What types of jobs are available?

Analysts are often divided into buy-side or sell-side positions, or they work for large banks. A buy-side analyst seeks investments for his company, often for an internal fund. A sell-side analyst provides research and makes recommendations (often to buy-side companies) or works to help promote certain investments.

An investment banking analyst is a whole different job. These analysts use models and predictive forecasts to support key partners in venture capital transactions, stock valuations, or other institutional decisions. Some even act as financial consultants and make recommendations for initial public offerings (IPOs) or M&A deals.

Independent consultants tend to have variable income. However, the most lucrative independent consultants are usually former senior finance professionals who, late in their careers, have decided to advise other companies in their field.

United States Bureau of Labor Statistics (BLS) periodically publishes a report on jobs called the Occupational Outlook Handbook. In this report, the BLS describes the average salary, experience required, and expected future demand for a number of common jobs in the United States.

According to the BLS handbook, there were 329,500 financial analysts in the United States in 2018, and the industry is expected to add an additional 20,300 by 2028. This is an expected growth rate of 6%. From this BLS report, the average salary is $ 85,660 per year.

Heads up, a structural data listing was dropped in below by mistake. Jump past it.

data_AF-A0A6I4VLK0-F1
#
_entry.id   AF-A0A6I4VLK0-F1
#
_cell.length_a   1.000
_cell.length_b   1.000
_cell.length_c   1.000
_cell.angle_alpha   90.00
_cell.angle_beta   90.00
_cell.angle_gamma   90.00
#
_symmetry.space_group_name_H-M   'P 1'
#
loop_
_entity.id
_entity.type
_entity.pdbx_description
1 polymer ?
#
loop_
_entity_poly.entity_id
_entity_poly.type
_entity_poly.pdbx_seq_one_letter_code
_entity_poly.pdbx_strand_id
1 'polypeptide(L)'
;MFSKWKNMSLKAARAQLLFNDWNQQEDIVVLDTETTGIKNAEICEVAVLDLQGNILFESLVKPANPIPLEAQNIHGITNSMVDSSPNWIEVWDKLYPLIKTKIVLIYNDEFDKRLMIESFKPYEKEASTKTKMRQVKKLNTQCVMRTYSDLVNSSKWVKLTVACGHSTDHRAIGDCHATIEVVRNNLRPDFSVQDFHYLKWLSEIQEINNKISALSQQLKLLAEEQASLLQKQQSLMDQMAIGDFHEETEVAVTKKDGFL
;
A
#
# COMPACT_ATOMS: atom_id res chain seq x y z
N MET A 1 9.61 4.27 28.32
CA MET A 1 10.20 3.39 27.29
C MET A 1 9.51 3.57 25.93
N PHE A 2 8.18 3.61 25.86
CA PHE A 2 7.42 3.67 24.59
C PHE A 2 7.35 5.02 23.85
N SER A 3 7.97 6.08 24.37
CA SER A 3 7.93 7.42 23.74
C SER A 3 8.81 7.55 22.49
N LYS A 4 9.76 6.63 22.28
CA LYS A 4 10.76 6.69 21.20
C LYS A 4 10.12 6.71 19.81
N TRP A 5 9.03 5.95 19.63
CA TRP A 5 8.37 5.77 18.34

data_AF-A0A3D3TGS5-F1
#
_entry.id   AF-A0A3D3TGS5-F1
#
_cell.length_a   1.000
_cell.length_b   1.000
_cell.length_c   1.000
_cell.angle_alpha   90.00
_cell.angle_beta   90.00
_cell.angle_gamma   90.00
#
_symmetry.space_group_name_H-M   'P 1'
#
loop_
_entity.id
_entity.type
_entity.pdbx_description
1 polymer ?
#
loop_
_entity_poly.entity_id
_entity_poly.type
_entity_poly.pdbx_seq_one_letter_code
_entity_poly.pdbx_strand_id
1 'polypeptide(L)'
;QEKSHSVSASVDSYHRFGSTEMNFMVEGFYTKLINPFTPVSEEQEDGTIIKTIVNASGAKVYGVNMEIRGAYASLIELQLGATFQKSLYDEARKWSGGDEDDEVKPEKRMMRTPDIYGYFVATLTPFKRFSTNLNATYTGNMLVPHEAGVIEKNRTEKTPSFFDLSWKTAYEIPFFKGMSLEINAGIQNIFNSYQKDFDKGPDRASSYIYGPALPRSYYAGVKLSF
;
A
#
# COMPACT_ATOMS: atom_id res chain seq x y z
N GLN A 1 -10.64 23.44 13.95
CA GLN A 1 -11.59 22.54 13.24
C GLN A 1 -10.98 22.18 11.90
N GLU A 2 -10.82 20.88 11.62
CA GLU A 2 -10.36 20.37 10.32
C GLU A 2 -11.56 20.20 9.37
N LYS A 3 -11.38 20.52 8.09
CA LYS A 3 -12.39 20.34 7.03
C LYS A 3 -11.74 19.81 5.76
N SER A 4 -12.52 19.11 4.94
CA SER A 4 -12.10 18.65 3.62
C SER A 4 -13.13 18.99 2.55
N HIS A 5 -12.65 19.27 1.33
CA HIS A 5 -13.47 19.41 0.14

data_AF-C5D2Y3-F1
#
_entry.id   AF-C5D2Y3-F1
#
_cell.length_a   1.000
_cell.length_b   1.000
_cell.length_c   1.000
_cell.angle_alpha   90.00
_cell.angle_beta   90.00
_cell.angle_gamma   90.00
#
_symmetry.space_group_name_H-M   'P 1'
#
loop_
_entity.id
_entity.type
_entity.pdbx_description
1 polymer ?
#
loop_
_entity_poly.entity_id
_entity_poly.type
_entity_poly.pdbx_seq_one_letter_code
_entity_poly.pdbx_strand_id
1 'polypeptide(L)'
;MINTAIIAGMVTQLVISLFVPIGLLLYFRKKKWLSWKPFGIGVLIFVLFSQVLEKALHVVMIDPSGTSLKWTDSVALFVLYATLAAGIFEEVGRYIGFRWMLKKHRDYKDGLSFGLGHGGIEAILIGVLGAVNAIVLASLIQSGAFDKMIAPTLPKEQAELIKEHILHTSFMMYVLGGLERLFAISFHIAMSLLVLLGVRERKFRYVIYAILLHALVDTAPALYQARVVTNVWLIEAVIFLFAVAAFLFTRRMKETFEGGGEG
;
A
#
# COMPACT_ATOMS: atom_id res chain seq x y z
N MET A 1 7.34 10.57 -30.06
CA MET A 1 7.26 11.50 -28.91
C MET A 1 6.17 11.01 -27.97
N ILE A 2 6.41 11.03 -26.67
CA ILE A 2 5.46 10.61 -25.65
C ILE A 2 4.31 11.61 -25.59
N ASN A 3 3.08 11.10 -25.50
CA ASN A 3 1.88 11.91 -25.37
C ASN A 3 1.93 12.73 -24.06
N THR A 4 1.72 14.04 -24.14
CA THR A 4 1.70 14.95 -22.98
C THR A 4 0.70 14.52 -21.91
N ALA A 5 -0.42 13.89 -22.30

The BLS has not released specific figures for financial consultants, likely due to the vague and generic nature of the job title. However, the BLS notes that the business and financial professions are expected to grow faster than average.

Compare work / life balance

With the exception of the highest levels, financial analysts tend to work standard 40- to 50-hour weeks, with weekend time off and regular vacation packages. Work hours tend to be very busy and even intense, but there is still plenty of time during the week for family, friends and leisure time.

This is rarely the case with financial consultants, especially those who work for large firms as partners. Many junior-level consultants report working 65 hours per week or more, which means more than 11 hours per day and a six-day work week. Consultants also tend to travel a lot and spend extended periods away from home. It’s not uncommon for young consultants to make six figures but actually earn less than $ 30 an hour.

Overall, the financial industry is well known (if not infamous) for its long working hours and rigorous professional demands. There is some evidence that large financial institutions are trying to reduce the workload and burnout of their employees, but most future finance professionals should be prepared to spend significant hours of overtime at their desktops.

Choose between careers

An aspiring finance professional who is torn between a career as a financial analyst and a career as a financial consultant should focus on the two areas where those careers are most distinct.

1. Work / life balance and compensation: Generally speaking, financial consultants have greater earning potential, but they also tend to work longer and spend more time traveling on business. Financial analysts tend to have more stable jobs and less stressful careers.

2. The type of investment analysis that each job does: Large-scale thinkers who wish to do research at a macro level find it more appropriate to work as analysts. On the other hand, those who enjoy business fundamentals and capital management are likely to feel more comfortable in advisory roles.